I respectfully disagree with Fahri Azzat concerning the playing of your national anthem prior to movies, special events and before school starts in the morning.
When I was young, I remember that before a movie started, we used to stand up for the playing of the national anthem or 'God Save the Queen' while a picture of the flag or a short video depicting scenes of our country were shown on the screen. Everyone young or old removed their hats and stood in respect for not only what our country is but for all the people who have struggled to make it what it is today.
We no longer do this any more and I miss that particular activity. All we now see are commercial advertisements flashing in our faces in order to push respect commercialism rather than for our country.
In Canada, where the sport of ice hockey is almost sacred, the national anthem of all countries represented are sung or played at the start of a game regardless of the level of the league. When there was talk to do away with this, there was a loud uproar and all thought of doing so was discarded.
I'm a high school teacher and part of the morning exercises at every public school in the province includes the playing on the national anthem and a moment of silence to reflect or pray as each individual wishes.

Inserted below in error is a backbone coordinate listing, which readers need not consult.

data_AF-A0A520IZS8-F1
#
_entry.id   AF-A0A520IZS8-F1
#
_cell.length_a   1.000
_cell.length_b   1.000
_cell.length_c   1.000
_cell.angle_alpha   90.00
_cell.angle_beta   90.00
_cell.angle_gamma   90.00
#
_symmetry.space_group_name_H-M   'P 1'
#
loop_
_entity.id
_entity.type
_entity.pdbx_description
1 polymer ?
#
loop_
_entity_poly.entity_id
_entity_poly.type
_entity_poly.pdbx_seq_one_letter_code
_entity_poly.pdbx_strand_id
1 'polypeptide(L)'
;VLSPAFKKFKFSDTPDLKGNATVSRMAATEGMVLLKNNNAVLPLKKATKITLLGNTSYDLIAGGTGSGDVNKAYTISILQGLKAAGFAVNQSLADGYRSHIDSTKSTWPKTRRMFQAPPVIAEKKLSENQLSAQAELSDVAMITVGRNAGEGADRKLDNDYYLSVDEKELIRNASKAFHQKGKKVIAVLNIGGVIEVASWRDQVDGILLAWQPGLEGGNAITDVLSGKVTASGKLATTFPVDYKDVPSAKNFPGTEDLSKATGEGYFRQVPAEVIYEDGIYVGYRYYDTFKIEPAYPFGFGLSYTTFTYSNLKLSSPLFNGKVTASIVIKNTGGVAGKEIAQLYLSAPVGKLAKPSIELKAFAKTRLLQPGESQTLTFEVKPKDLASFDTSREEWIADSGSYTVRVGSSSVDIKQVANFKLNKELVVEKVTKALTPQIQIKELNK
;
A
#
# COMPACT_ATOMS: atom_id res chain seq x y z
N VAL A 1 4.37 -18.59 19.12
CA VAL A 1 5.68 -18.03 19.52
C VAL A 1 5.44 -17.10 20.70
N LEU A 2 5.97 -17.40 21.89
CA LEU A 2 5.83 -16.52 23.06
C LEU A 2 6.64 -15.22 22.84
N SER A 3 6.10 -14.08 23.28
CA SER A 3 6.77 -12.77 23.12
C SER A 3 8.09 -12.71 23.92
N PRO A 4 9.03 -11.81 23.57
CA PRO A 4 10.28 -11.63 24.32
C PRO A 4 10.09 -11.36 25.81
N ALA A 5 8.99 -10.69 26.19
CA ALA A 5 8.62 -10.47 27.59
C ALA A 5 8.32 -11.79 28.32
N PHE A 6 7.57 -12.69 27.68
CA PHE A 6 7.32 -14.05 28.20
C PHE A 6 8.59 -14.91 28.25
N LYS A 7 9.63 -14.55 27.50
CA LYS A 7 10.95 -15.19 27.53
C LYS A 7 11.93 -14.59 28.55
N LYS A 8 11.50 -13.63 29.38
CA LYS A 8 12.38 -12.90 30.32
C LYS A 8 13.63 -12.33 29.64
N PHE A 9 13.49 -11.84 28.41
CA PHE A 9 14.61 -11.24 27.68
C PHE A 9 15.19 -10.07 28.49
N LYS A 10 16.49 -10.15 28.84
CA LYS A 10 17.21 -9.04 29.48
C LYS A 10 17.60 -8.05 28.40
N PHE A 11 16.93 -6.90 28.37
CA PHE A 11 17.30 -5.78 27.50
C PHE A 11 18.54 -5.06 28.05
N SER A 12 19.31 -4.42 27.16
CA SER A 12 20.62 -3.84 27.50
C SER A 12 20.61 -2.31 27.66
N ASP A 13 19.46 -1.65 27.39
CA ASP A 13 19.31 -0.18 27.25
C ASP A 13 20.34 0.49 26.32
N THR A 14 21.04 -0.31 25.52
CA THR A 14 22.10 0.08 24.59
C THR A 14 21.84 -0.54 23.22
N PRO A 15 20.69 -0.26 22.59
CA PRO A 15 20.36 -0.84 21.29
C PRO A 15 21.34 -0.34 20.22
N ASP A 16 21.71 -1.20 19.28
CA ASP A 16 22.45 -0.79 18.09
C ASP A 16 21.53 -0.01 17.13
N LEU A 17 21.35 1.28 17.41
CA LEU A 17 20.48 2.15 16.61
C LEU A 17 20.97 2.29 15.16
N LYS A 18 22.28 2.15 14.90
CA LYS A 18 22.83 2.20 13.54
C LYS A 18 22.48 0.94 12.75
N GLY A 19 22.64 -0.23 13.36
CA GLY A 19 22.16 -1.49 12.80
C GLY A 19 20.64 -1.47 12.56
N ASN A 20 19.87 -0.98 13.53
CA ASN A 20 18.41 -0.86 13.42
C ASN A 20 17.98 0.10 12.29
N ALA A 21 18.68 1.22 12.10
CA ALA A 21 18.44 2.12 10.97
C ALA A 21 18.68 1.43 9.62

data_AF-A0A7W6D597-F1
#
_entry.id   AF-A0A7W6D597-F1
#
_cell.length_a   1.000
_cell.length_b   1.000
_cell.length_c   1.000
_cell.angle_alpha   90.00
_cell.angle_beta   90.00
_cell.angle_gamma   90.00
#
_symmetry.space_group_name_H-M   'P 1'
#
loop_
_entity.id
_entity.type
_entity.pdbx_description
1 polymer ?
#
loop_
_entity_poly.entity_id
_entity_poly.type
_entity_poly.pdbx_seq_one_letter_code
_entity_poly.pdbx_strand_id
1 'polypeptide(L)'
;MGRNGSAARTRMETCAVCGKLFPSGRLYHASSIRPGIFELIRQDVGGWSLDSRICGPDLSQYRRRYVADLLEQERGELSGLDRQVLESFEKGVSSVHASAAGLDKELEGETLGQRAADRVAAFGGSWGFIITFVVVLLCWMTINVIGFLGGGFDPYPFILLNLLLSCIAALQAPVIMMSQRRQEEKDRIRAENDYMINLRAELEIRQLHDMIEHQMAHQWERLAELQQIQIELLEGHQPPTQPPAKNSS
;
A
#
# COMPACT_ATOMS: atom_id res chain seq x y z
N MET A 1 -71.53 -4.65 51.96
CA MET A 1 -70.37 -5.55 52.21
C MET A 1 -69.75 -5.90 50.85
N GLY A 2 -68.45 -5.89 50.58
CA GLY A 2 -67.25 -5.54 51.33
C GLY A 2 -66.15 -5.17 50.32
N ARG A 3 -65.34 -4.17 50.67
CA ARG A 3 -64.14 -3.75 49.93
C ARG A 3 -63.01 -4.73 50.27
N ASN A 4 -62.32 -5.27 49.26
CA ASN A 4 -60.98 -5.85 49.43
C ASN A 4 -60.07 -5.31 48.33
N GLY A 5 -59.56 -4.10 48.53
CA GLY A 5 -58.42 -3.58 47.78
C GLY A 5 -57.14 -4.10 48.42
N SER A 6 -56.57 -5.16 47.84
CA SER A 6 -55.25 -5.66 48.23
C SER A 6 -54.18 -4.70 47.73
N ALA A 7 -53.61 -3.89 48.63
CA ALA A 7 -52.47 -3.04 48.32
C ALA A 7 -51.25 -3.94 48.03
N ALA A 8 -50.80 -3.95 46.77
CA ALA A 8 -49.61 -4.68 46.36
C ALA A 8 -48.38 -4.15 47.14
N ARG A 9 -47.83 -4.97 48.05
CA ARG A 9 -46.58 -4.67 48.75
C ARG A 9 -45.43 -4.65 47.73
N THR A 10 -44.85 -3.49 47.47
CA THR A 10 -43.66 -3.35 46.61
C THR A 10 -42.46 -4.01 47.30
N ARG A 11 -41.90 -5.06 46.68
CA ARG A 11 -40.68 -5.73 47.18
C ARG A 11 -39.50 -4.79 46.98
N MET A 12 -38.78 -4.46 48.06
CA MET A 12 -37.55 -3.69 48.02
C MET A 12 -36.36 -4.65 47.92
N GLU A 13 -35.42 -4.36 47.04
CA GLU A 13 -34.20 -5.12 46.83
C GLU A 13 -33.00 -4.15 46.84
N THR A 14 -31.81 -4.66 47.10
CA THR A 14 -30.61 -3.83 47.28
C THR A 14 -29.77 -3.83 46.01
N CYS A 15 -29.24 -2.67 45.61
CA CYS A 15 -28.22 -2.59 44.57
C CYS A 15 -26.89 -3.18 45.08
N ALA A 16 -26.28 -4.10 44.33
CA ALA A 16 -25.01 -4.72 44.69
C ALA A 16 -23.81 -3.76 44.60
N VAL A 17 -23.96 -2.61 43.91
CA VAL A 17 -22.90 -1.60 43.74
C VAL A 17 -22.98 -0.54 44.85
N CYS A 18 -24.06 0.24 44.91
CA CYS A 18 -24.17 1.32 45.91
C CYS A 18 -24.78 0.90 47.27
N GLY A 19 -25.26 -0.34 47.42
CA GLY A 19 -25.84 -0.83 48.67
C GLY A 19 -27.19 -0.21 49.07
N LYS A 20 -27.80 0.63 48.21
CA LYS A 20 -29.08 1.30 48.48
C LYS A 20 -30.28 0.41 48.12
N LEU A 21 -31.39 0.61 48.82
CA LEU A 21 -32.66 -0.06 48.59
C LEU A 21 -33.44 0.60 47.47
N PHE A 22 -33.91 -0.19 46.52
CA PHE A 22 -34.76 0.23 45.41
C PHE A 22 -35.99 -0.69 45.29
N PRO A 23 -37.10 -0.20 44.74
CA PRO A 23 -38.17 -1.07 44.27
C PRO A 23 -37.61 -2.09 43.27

When the anthem starts in the morning, everyone in the school stops what they are doing, removes their hats and stands still for the playing of the anthem. Visitors to the school have remarked on this and were pleased that we practiced this routine.
The playing of the national anthem in all the above cases is not to inculcate patriotism but respect. Respect for the country in which we live in. Respect for those who have died to preserve our way of life. Respect for each other as Canadians.
One of the things we are losing as we continue to develop is this respect, especially in our young people.
Malaysia would do no harm in starting to play her national anthem before the start of movies as long as it is done in the name of developing this sense of self-respect rather than just as a flag- waving exercise.
Having lived in Malaysia for ten years, I understand the writer's cynicism concerning proclamations of the government on these matters, but I think that this one, again if done right, is not such a bad idea.